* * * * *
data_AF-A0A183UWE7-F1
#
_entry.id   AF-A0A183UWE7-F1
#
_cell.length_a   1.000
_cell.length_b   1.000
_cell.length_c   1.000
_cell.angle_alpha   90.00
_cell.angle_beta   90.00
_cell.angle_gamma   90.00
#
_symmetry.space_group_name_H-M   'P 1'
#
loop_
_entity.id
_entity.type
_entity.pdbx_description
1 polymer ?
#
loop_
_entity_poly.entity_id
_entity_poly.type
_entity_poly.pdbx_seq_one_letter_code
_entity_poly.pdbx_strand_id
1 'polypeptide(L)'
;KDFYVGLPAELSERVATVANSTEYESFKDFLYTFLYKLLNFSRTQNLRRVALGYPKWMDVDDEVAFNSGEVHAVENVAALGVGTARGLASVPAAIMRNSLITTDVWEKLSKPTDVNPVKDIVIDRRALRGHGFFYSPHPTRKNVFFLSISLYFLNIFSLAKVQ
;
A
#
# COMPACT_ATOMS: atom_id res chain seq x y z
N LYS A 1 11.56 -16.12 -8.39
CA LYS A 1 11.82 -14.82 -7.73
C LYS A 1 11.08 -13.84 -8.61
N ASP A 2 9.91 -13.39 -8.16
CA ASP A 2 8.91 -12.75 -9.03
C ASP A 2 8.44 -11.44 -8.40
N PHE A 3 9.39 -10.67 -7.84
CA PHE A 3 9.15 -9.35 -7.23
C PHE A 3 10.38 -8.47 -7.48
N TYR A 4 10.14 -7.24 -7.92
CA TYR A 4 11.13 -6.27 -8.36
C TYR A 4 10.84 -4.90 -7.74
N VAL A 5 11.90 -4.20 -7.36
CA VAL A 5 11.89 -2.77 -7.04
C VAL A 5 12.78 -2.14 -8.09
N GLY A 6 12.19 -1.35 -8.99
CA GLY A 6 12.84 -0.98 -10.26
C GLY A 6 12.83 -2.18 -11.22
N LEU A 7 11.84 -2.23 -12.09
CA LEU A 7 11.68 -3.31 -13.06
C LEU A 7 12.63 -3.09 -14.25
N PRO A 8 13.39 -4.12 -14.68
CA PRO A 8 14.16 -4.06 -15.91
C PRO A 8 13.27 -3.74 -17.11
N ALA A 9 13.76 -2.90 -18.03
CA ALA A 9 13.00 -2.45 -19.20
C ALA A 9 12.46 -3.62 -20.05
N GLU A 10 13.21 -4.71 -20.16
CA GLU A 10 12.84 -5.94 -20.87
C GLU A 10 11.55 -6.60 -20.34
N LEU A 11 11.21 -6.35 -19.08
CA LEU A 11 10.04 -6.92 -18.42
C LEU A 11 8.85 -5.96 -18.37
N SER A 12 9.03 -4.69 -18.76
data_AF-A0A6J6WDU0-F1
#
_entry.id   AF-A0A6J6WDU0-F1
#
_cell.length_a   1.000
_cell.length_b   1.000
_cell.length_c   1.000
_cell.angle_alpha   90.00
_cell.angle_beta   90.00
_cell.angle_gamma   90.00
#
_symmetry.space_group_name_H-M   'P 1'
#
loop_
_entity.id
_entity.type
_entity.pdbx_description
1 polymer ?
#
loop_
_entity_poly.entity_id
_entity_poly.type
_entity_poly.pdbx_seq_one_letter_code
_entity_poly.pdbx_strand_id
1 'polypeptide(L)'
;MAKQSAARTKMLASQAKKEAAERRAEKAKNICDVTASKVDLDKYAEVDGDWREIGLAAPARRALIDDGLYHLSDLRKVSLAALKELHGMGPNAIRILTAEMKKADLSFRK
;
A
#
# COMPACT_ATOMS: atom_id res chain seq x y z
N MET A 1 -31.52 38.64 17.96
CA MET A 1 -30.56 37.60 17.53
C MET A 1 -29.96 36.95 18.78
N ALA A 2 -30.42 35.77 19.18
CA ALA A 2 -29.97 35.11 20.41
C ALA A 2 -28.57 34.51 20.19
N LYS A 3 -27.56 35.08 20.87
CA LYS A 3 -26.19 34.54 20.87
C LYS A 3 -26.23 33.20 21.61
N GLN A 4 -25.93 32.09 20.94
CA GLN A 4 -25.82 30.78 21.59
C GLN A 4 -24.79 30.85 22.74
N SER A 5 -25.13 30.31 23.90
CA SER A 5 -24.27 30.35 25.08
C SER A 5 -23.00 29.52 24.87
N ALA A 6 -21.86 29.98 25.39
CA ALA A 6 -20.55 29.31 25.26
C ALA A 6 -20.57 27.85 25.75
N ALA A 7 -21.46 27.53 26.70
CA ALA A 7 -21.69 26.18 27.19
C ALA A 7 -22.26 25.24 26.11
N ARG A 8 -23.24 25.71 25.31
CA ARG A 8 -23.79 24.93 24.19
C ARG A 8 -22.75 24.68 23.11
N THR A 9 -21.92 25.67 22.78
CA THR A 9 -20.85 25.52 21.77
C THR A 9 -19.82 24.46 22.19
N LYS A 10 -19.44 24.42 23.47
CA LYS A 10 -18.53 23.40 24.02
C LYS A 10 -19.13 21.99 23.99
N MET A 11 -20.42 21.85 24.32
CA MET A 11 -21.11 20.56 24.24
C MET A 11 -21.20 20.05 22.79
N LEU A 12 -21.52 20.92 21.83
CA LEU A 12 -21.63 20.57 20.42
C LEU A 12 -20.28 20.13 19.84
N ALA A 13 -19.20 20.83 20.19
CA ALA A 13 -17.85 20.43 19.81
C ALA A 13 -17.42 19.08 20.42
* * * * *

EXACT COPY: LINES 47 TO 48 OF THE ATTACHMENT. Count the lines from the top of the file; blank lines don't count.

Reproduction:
CA GLY A 6 12.84 -0.98 -10.26
C GLY A 6 12.83 -2.18 -11.22